Lizze Heintz, a journalism major from Emerson College, is one of about 580 students with Semester at Sea. Students embark (and disembark) on a floating cruise ship campus around the world.
The semester began in port city Ensenada, Mexico, on Jan. 4. On its way across the Pacific, it stopped in Hawaii on Jan. 12 and Japan on Jan. 24 to 28.
Students heard about the virus before stopping in Japan. The ship was supposed to disembark in China next, but concerns grew because of the virus, which originated in Wuhan, a city in China's Hubei province. Students headed to Vietnam from Feb. 4 to 16
Students on the ship have limited internet access (75 mb per day), and most of the information they receive is directly from the captain and deans on board.
The next two scheduled stops in Malaysia and India were canceled. Seychelles, East Africa, barred the ship because of coronavirus concerns, "regardless of proof that we did not have any passengers on board with it," Heintz said. "We had been at sea 11 days, but the captain offered to sail around for three additional days, so we met the incubation period. They still refused."
Mauritius, an island nation in East Africa, granted the ship safe harbor Feb. 29, though not before medical screenings, including a temperature scan, for those on board.
It's unclear whether future ports will let them in, including Cape Town, South Africa, a stop scheduled for mid-March.
"It’s hard to feel optimistic knowing they could turn us away at any point," Heintz said. "I didn’t think the outbreak would ever get so bad to a point where we’d be turned away like in Seychelles. It caught us all really off-guard."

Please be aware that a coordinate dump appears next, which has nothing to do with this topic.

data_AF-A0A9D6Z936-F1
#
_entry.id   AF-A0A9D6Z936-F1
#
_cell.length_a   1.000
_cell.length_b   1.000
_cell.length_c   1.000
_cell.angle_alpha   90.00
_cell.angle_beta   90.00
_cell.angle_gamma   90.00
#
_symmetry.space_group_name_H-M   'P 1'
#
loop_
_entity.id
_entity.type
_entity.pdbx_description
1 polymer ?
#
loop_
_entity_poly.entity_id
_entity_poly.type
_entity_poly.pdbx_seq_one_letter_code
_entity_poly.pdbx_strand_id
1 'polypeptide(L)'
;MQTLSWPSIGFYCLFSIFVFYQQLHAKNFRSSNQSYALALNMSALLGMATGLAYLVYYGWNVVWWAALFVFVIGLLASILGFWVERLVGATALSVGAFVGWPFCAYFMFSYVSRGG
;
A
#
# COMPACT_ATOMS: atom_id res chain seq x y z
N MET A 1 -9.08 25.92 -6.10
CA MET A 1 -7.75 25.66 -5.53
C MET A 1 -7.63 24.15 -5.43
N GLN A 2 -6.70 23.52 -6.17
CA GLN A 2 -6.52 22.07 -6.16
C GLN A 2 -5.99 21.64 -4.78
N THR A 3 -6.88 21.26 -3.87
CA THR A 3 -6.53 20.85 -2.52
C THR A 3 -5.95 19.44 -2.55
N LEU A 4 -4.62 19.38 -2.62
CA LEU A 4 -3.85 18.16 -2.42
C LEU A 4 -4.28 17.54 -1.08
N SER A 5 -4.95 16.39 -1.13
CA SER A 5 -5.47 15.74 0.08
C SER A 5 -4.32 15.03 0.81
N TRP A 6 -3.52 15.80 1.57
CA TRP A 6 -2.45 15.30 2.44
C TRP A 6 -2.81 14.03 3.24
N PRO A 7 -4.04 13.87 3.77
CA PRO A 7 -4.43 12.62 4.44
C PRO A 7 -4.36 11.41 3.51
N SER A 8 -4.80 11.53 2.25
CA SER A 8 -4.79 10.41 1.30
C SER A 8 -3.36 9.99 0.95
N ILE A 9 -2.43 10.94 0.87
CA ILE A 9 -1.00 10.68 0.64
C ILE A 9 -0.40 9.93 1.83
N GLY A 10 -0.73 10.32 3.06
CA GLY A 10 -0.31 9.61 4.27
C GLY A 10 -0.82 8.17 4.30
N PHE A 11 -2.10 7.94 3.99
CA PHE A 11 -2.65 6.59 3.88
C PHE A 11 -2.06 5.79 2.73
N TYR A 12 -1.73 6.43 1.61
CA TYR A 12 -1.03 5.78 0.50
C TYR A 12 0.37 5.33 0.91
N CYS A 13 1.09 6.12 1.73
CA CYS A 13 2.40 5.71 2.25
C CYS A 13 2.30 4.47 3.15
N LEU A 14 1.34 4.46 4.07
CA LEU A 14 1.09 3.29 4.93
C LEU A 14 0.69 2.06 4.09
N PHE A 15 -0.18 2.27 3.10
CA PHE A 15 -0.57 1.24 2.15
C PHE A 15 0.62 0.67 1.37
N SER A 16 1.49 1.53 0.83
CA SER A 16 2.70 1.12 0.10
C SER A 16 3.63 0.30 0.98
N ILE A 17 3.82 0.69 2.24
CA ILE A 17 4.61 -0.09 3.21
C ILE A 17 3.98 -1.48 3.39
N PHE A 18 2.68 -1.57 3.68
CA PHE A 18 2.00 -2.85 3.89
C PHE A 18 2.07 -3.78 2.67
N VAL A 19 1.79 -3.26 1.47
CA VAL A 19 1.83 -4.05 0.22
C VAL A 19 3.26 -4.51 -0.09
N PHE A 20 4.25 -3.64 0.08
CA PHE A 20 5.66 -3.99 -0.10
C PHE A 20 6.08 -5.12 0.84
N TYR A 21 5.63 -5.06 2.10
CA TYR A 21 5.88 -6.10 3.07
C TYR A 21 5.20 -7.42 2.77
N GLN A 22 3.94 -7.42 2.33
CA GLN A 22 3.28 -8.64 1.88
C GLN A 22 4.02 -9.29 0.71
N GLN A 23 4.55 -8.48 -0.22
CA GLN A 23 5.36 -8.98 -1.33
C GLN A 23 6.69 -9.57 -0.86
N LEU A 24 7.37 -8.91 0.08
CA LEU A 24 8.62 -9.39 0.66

'Kind of a nightmare'
Amanda Walencewicz, 24, a student at Johns Hopkins University-Nanjing University Center's graduate certificate program in Chinese and American studies, had been studying in Nanjing, China, since September. She was on a six-week break for the Chinese New Year in Japan when she found out her return to campus was delayed – then canceled.
She's in her second week of online classes using Zoom conference calls from her home in Detroit.
The plan is for classes to be held online until at least the end of March, but that timeline is indefinite. "Should the predicted date be extended, we will continue to deliver course content virtually, and students will be informed of our decision no later than March 9," Miji Bell, director of communication and media relations at Johns Hopkins University's School of Advanced International Studies, told USA TODAY.
According to Walencewicz, communication has been chaotic from the university. The university said it has communicated frequently.
"As a student on financial aid, trying to book a last-minute, one-way flight back to Detroit was kind of a nightmare," she told USA TODAY.
"Hopkins has thus far not made any indication they will cover any charges," Walencewicz said.
Bell told USA TODAY the university shared with students the options regarding leave of absence or withdrawal applications, as well as how to work with the financial aid office regarding housing, travel costs and related expenses incurred. Students who paid for housing will get a pro-rated housing credit.